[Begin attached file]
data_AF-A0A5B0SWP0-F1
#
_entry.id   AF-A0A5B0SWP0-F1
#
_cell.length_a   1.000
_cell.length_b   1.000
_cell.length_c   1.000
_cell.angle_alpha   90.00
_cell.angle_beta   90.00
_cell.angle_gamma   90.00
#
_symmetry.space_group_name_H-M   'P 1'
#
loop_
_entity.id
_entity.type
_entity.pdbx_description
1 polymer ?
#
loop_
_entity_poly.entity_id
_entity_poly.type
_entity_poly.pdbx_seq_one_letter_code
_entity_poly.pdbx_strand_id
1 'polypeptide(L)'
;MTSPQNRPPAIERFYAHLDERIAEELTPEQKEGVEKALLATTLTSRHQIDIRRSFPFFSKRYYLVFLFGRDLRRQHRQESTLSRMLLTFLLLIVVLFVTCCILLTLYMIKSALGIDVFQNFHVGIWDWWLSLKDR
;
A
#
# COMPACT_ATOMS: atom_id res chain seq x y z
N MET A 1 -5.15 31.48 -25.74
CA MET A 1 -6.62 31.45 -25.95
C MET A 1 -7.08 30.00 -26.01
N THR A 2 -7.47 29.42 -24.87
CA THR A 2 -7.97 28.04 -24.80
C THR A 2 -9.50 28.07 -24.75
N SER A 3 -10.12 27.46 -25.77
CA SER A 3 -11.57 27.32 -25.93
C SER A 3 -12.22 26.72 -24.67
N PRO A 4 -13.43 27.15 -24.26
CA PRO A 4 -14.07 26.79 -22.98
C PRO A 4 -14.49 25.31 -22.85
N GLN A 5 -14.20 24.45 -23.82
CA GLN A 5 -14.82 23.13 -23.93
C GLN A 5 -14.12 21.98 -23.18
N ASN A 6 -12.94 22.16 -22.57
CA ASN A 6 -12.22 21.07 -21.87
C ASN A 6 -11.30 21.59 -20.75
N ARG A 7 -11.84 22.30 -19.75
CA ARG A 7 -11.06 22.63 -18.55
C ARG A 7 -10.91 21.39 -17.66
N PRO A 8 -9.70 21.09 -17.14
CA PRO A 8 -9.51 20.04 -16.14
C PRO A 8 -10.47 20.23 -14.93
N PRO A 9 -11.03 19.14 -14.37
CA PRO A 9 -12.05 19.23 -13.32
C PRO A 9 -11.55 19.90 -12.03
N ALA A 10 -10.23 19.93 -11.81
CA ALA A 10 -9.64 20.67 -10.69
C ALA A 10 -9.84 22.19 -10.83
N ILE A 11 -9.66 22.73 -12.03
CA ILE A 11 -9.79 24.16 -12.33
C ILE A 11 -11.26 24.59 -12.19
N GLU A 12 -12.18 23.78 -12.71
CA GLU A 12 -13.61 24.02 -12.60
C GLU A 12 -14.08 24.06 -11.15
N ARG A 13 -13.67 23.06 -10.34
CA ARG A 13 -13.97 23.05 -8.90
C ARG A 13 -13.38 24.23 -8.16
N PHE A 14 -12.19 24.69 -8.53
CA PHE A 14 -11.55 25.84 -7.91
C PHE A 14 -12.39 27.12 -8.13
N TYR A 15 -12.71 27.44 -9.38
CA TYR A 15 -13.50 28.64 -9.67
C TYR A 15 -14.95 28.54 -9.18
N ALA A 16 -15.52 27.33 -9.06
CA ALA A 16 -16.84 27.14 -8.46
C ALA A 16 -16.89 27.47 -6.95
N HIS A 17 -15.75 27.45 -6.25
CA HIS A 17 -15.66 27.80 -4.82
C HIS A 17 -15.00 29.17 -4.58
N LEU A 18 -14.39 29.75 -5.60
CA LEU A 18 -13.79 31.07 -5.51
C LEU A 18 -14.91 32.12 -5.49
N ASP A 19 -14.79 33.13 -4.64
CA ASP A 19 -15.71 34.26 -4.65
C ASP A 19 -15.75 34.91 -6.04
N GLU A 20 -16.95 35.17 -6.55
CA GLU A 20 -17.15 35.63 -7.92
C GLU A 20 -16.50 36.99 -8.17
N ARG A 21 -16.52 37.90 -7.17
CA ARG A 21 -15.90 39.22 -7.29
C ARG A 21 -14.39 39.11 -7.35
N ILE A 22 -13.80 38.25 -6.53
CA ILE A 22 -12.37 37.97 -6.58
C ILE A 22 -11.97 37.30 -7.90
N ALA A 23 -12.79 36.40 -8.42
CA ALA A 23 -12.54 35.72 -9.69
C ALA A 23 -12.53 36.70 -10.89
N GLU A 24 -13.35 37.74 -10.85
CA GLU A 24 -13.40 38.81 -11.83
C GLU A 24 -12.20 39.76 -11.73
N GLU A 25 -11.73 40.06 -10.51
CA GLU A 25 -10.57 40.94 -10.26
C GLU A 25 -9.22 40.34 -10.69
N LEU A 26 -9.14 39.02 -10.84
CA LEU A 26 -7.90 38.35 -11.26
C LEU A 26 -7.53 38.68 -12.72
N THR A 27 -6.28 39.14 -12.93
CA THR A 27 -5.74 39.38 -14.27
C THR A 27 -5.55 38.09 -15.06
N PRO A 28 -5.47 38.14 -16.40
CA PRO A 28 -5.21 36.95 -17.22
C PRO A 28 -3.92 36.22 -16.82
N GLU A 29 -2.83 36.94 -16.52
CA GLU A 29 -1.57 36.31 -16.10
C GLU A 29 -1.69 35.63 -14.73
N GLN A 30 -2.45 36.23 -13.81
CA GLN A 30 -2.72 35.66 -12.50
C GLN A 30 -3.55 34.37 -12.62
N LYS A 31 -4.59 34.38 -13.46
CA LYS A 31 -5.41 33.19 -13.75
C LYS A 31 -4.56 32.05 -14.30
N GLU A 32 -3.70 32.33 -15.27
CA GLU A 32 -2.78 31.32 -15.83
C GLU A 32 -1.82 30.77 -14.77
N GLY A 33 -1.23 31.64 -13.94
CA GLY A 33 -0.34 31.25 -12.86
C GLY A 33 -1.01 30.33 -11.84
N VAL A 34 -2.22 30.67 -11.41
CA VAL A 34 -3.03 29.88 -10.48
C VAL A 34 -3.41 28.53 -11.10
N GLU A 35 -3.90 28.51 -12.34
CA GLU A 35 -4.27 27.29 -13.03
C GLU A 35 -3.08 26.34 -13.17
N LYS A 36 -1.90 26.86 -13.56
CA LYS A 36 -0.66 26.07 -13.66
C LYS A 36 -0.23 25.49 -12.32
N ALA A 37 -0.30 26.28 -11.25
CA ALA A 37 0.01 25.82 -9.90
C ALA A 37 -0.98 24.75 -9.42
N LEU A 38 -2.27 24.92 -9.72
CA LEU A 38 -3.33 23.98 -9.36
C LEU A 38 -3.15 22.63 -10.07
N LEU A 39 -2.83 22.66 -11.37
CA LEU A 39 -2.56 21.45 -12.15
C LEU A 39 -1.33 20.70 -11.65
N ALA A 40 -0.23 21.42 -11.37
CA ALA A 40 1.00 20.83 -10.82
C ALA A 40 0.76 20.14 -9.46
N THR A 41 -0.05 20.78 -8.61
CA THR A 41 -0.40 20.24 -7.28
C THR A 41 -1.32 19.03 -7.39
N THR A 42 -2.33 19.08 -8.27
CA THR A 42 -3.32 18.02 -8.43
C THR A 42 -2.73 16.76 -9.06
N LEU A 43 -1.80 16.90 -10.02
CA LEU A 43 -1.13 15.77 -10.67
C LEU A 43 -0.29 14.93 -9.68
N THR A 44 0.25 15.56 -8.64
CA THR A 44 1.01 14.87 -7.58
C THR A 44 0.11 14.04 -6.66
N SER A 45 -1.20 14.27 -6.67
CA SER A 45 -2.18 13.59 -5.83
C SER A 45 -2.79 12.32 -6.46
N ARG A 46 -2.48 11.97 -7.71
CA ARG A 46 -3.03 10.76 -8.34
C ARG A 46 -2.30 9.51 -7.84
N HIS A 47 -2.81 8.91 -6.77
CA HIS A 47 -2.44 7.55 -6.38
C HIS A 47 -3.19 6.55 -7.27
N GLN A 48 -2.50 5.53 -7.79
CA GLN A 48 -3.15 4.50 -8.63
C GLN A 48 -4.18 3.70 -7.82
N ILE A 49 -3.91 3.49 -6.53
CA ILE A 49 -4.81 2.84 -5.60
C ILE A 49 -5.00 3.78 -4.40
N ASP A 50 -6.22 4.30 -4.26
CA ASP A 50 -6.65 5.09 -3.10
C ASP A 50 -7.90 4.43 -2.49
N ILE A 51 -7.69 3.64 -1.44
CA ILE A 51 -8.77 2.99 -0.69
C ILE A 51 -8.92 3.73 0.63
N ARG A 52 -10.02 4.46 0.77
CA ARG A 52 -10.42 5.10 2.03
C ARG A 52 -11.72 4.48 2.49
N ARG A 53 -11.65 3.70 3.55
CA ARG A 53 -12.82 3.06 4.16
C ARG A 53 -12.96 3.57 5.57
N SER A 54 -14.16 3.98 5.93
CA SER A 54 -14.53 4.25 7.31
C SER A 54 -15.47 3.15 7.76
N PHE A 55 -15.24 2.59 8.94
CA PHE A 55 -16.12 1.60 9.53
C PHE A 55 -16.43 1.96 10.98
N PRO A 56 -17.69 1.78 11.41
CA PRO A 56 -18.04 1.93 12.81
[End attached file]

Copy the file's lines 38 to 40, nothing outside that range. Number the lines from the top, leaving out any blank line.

CA SER A 3 -11.57 27.32 -25.93
C SER A 3 -12.22 26.72 -24.67
N PRO A 4 -13.43 27.15 -24.26